Boston Globe, April 13, 2012
There’s a track called “Berlin” on “Monkeytown,” the new album by German electronic music duo Modeselektor. Considering that the pair of Gernot Bronsert and Sebastian Szary grew up in Berlin, and are among the top ambassadors of the city’s vibrant arts scene — with three albums, their own record label, and big-name boosters like Radiohead singer Thom Yorke — the song can be interpreted as something of an anthem for the city.
Or at least, for Berlin as seen by the duo, who play Royale on Thursday midway through a North American tour that also includes two stops at the Coachella festival. Their Berlin, it turns out, is different from the hipster image of a low-cost, high-energy creative paradise throbbing to the pulse of rapid, hard-edge techno.
“Berlin,” the song, is a light dance track, almost summery, with a subtext of low grumbles and glitches offset by the perky voice of a singer named Miss Platnum.
“It doesn’t sound like a song which is from Berlin,” Bronsert says by phone from his home. “We wanted to say something about all this hype you have in the world about Berlin, electronic music, 78-hour raves, etc. This cliche of ‘Let’s move to Berlin, get a huge, very cheap flat, buy the tightest pants we can wear, and make party!’”
“I’m not a hater,” he adds. Berlin’s arts boom has been good to Bronsert and Szary, childhood pals who spent their early years in East Berlin before the wall came down, and emerged as teenagers into the early techno and rave scene.
They’ve become local fixtures, along with their friends in graphic design collective Pfadfinderei, who supply their concert visuals. This has afforded them a front-row view of the city’s transformation, with some of the native’s bemusement at waves of outsiders who have swarmed in.
The same mix, of enthusiasm with a slight contrarian edge and an absurdist sense of humor, describes Modeselektor’s take on dance music and its Byzantine sub-genres. “Monkeytown” is an extremely diverse record, with elements of dense techno, spare and more conceptual IDM (or “intelligent dance music,” as it’s called), hip-hop, and more.
It’s rich on vocals, with contributions by rappers Busdriver and Anti-Pop Consortium, as well as two tracks, “Shipwreck” and “This,” that feature Yorke himself, operating in a kind of plaintive falsetto.
The Radiohead leader was the only guest to actually join them in the studio as opposed to collaborating remotely. “He’s a very normal guy, he’s grounded, we speak the same language,” Bronsert says. “He’s one of the people who saw very early what we were doing — maybe before we saw it ourselves.”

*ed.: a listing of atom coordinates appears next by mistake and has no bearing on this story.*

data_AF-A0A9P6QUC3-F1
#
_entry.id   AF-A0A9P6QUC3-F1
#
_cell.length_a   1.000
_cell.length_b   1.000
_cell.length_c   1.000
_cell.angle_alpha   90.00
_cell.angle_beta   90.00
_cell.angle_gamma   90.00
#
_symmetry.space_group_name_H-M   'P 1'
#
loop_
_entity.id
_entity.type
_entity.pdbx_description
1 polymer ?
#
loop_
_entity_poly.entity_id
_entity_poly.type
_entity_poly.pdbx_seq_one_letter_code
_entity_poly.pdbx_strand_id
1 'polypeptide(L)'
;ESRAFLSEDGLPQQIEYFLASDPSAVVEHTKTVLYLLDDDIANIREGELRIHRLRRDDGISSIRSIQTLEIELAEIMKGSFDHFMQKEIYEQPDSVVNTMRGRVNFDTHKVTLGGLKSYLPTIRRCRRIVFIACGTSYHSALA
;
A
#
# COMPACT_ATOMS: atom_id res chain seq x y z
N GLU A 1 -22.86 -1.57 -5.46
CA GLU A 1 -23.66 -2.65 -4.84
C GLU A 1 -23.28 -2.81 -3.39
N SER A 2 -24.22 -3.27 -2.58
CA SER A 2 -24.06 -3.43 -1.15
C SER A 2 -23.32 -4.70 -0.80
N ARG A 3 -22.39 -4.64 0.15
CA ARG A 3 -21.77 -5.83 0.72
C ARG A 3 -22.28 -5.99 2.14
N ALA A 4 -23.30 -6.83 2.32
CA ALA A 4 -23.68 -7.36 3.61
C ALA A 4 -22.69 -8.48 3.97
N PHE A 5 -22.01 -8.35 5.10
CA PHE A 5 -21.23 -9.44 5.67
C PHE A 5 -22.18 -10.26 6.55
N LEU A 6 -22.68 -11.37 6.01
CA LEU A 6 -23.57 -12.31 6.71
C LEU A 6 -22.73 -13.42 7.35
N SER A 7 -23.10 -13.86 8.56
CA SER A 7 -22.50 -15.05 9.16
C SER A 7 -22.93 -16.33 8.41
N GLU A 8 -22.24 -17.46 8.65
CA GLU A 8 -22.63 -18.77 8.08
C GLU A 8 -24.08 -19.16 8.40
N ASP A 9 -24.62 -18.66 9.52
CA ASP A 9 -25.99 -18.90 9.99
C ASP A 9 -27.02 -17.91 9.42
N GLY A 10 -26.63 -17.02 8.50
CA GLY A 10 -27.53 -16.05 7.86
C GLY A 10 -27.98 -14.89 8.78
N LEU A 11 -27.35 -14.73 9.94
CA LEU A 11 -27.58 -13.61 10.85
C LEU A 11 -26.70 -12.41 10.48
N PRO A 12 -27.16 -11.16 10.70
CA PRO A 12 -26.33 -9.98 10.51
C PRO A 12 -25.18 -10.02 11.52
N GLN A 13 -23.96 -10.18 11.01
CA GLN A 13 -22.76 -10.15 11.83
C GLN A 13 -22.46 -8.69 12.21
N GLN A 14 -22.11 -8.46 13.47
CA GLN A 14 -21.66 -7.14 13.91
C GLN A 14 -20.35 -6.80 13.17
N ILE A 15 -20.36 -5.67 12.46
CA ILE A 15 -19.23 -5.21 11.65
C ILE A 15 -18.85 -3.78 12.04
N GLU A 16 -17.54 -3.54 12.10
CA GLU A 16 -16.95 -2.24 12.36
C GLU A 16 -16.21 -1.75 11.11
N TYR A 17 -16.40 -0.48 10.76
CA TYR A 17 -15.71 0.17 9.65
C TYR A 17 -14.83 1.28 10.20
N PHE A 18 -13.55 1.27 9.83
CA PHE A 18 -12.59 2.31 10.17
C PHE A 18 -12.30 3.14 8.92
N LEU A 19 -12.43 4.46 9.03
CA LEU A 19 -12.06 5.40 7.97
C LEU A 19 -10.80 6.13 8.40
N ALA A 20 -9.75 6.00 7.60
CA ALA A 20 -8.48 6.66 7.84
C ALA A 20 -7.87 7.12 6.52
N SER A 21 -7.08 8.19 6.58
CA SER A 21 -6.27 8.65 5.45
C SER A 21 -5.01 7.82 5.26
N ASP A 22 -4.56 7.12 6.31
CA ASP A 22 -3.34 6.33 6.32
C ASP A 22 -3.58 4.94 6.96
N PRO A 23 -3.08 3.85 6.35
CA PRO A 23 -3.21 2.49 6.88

For Modeselektor, making electronic music isn’t about fitting into one trend or another. “We got fed up with techno already in the 1990s,” Bronsert says. Rather, it’s the result of a belief that today’s equipment offers song-making possibilities that exceed anything the classic guitar-bass-drums lineup could do.
“When you have the computer, lots of synthesizers, samplers, weird little machines, you can do everything,” Bronsert says. “We try to say as much as possible.”
In doing so, the pair count Pfadfinderei as equal creative partners. The seven-strong crew is sought after by corporate clients, but sends two or three members on tour with Modeselektor. Unlike the screen projections one usually sees in such settings, images at a Modeselektor concert are managed live by the visual artists, never automatically triggered by the music.
“We don’t feed our system with sound inputs, we use the human interface of the performer,” says a Pfadfinderei member by e-mail, asking to be identified by the group’s collective moniker. “The improvisation takes place within the tracks, as Modeselektor play live. So no show is exactly the same.”
For Pfadfinderei, the Bronsert and Szary’s broad musical appetites and sense of humor is precisely what makes them enjoyable to work with over the years. “Their diversity is interesting to visualize because it never gets boring. They manage to produce solid sounds with a twinkle in the eye.”
On “Monkeytown,” this shows up on “Pretentious Friends,” a satire delivered by the Los Angeles MC Busdriver. Or it appears in the sonic contrast between the moody Yorke tracks, the propulsive “German Clap,” or the airy, uplifting “Blue Clouds.”
None of this makes Modeselektor’s music suitable for purists, but that isn’t what the duo are looking for, Bronsert says.
He says they revel in the pairings they experience on bills around Europe: on a given weekend, he says, they might play in Finland alongside Motörhead, in London with dubstep pioneers Benga and Skream, then in Spain with minimalist DJ Richie Hawtin.
They’re embarking on this US tour in the same open spirit, Bronsert says.
“It’s like being on a mission,” he says. “I really want to reach not the overdosed electronic music pack, but the people who are not so much into it—and show them the excitement.”